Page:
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On my (Windows 10) lock screen, instead of the normal "Ctrl+Alt+Delete to unlock," there is additional instruction.

Press and hold the power button, and then press the volume down button to unlock. (Or you can unlock by pressing Ctrl+Alt+Delete.)

I've also seen "Press and hold the Windows button, and then press the power button to unlock (Or you can unlock by pressing Ctrl+Alt+Delete.)" on a different computer (probably Windows 7).

In both cases, pressing the power button just causes the computer to shut off. Am I doing something wrong? Why do these instructions exist, when Ctrl+Alt+Delete works just fine?

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    That's a tablet feature, are you using a tablet or a desktop/laptop? – Michael Frank Apr 12 '18 at 3:27
  • @MichaelFrank I'm using a laptop. The Windows 7 computer was a desktop. – Paul Parker Apr 12 '18 at 3:28
  • Did you put Windows 10 into tablet mode? – Ramhound Apr 12 '18 at 3:30
  • @Ramhound Nope. – Paul Parker Apr 12 '18 at 3:32
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The behavior ctrl+alt+delete is controlled by the policy
Computer Configuration\Windows Settings\Security Settings\Local Policies\Security Option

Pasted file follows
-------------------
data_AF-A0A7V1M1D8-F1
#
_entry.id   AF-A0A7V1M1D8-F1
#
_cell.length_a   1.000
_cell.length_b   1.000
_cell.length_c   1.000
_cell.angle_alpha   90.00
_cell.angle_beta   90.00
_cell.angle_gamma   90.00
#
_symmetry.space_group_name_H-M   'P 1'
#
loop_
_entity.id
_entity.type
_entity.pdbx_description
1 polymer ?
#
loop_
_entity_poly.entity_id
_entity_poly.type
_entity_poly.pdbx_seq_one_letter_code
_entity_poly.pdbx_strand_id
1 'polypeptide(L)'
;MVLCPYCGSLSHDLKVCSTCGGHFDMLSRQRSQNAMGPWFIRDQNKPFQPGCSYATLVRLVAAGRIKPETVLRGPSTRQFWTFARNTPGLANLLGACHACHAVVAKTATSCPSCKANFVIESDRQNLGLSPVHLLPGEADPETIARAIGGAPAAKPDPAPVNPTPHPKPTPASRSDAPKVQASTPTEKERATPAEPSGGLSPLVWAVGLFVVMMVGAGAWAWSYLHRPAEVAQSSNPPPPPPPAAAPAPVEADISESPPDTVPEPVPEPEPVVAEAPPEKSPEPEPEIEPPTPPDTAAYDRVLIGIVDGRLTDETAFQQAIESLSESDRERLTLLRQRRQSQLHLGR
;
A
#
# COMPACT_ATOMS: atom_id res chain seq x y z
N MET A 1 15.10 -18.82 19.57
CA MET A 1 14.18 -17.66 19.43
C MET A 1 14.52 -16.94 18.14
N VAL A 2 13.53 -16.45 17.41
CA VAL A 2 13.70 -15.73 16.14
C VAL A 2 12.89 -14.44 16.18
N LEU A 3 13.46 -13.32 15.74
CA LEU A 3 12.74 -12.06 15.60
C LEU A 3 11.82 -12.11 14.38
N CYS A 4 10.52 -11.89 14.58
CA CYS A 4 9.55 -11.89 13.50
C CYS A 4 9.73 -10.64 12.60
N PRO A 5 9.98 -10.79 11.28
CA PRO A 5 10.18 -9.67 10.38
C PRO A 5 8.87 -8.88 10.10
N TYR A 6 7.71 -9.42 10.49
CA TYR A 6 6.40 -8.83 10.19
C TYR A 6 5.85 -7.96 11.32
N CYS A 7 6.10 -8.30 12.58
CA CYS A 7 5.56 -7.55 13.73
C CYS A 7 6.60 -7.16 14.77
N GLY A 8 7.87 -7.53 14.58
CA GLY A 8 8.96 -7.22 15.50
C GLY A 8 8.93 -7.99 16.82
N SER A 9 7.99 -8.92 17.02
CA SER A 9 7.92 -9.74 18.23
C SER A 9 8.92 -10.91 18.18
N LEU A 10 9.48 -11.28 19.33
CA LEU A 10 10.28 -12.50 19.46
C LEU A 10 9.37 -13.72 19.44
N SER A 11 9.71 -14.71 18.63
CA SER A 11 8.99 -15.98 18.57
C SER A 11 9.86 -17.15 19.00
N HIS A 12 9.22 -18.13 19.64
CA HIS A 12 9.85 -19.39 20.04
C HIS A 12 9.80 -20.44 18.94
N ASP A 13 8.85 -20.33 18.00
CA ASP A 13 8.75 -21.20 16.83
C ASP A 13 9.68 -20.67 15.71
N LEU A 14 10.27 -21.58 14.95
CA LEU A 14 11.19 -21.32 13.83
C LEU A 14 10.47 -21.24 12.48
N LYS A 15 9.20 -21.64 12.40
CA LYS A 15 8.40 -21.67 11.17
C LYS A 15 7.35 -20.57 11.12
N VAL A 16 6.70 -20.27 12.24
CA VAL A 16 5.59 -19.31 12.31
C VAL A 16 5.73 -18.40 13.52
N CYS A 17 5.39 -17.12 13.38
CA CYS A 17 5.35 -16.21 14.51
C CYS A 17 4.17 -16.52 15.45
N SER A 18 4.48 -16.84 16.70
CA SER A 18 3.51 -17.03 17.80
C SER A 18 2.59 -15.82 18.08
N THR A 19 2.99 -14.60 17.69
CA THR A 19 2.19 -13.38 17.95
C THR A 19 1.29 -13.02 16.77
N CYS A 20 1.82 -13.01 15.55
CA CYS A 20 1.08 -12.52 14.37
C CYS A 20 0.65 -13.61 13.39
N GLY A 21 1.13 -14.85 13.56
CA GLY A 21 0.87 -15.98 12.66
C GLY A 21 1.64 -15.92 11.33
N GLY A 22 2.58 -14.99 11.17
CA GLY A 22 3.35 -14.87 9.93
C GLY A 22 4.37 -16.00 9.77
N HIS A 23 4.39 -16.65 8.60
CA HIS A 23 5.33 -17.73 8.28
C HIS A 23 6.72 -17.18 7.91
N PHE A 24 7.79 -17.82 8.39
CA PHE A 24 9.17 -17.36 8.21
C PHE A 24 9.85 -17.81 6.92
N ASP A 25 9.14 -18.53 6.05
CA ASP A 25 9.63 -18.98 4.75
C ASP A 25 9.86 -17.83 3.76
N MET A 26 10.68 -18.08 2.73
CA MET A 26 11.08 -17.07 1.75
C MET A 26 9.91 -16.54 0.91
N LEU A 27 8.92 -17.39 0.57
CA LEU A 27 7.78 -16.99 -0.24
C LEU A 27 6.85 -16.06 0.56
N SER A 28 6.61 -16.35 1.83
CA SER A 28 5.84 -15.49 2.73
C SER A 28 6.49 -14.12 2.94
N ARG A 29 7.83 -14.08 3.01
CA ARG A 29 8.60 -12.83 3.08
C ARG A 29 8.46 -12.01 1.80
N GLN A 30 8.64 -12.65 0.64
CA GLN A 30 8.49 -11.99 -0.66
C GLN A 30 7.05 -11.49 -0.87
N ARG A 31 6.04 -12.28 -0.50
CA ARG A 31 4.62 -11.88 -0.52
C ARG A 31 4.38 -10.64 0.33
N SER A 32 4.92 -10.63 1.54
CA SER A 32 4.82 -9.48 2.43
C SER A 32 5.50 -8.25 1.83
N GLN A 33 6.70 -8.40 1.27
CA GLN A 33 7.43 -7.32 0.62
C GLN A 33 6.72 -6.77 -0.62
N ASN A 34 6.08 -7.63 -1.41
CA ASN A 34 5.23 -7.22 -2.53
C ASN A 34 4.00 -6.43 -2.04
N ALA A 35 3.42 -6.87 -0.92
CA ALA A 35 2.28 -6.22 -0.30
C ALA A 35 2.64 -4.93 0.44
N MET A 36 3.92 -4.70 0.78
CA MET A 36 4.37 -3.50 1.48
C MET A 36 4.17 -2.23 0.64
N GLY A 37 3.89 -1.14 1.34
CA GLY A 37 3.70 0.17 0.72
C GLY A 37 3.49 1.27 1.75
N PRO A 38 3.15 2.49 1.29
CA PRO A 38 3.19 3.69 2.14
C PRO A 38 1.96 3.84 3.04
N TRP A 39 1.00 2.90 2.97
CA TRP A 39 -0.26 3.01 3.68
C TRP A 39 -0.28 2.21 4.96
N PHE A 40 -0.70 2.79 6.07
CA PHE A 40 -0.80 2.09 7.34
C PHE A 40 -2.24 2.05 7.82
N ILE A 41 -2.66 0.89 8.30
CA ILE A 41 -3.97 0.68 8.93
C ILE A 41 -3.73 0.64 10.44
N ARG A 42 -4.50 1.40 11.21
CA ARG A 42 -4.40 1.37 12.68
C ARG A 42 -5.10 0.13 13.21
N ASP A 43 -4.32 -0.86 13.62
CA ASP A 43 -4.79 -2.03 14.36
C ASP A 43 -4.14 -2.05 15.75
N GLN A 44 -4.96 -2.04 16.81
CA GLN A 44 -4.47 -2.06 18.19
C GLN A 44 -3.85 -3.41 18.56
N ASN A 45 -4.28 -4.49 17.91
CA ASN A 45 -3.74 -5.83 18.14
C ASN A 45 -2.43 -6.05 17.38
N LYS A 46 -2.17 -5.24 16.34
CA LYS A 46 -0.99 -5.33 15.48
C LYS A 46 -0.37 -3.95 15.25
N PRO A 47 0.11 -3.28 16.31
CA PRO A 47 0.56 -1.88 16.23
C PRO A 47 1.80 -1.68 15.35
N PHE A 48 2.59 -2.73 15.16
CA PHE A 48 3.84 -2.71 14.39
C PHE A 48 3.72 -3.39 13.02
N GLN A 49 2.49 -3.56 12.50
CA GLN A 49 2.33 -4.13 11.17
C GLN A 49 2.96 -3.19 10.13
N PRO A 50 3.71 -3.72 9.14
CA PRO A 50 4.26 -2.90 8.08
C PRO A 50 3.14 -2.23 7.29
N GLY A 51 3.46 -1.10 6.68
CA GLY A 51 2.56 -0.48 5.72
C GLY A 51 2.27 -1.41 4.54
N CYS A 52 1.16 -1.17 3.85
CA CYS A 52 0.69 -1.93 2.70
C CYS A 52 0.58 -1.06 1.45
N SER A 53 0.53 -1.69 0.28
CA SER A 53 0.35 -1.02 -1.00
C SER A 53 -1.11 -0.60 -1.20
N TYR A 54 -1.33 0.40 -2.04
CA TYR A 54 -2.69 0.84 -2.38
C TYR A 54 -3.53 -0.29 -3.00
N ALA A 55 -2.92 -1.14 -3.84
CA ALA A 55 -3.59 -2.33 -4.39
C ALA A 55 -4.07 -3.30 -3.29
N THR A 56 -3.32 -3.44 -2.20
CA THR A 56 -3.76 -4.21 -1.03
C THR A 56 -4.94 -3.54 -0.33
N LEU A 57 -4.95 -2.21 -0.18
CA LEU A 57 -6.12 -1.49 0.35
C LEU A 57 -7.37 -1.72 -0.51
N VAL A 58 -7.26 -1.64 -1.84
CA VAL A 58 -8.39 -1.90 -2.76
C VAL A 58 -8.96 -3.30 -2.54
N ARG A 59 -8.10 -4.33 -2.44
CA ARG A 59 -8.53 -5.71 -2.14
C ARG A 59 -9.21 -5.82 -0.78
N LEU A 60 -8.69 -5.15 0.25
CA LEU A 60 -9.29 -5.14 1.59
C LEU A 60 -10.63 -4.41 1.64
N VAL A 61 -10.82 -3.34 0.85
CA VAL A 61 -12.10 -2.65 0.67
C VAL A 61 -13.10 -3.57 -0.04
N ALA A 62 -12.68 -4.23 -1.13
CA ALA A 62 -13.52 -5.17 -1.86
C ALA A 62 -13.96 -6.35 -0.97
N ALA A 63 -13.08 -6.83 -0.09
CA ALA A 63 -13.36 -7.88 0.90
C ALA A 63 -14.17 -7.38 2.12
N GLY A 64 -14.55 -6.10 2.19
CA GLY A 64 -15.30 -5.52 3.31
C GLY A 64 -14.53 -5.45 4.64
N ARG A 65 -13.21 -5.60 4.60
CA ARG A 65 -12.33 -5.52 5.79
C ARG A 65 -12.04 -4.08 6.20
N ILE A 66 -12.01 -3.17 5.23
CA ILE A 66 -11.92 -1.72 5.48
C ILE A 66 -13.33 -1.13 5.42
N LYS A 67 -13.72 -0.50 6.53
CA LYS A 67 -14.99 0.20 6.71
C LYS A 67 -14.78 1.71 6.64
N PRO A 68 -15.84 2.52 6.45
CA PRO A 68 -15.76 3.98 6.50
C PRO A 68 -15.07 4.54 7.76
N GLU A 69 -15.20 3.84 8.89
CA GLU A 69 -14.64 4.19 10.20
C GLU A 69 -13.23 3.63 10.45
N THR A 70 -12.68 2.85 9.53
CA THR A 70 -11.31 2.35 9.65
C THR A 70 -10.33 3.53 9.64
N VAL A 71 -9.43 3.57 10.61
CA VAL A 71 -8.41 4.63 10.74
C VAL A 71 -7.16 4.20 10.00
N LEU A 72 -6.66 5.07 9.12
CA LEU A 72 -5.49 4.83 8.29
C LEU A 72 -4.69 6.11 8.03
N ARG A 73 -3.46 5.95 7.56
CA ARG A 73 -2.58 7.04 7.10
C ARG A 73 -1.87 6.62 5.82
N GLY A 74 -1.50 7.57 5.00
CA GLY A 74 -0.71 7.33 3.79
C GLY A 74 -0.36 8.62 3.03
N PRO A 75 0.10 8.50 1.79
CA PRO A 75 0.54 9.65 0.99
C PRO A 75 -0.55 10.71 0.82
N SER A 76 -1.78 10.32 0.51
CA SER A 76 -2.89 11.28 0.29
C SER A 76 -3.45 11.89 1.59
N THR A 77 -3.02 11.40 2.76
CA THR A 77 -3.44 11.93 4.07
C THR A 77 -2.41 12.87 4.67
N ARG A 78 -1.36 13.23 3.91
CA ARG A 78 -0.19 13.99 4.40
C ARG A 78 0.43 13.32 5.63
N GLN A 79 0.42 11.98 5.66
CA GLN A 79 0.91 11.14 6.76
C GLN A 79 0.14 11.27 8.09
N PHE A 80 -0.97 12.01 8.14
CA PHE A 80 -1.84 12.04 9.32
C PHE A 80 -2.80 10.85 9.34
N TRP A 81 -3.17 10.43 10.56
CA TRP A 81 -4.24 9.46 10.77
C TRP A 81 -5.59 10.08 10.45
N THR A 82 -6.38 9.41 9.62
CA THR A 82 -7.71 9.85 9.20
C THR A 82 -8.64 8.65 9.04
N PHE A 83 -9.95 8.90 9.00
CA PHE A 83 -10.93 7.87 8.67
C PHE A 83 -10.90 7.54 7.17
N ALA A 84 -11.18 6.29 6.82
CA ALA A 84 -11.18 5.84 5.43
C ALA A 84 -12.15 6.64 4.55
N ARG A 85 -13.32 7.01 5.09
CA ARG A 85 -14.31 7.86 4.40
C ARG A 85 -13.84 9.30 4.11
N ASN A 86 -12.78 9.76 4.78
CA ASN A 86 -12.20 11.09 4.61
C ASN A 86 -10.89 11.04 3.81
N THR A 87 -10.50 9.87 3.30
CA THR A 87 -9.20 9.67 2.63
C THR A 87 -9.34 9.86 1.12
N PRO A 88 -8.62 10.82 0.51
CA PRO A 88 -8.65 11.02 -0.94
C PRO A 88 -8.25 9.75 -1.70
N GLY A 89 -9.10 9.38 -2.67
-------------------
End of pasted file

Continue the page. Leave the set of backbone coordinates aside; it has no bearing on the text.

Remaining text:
User Configuration > Administrative Templates> System > Ctrl + Alt + Delete options

What's more, the information that shows Press CTRL+ALT+DEL to unlock is hard coded.For the message showed on your lock screen, it is really wired. I don't know if some third-party software changed the behavior.

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Windows thinks the computer is a touchscreen device like a tablet. The message is hardcoded in Windows, controlled by Windows, and the content cannot be changed.

As I noted in my answer now deleted by an admin who thought a useful answer was less good than the only other answer which was not applicable, there is a thread at https://social.technet.microsoft.com/Forums/en-US/7d14c6de-445d-4ace-95d3-dccf0f80e558/change-secure-sign-in-message?forum=win10itprosetup that talks about computers needing a BIOS and/or some Intel HID Event Filter driver updates to fix the issue on Dell laptops. This thread has no directly useful information for permanently solving the problem; it merely talks about the problem being known by both Dell and Microsoft, so yours is not a one-off or unusual problem.

The answer is as stated above and in my original answer, now deleted by somebody else because they're smarter than me, and which I'm not allowed to undelete: update your BIOS, apply all driver updates from the manufacturer, then apply all Windows updates, and the problem will hopefully go away -- at least it did for the 20+ laptops I had the problem on.

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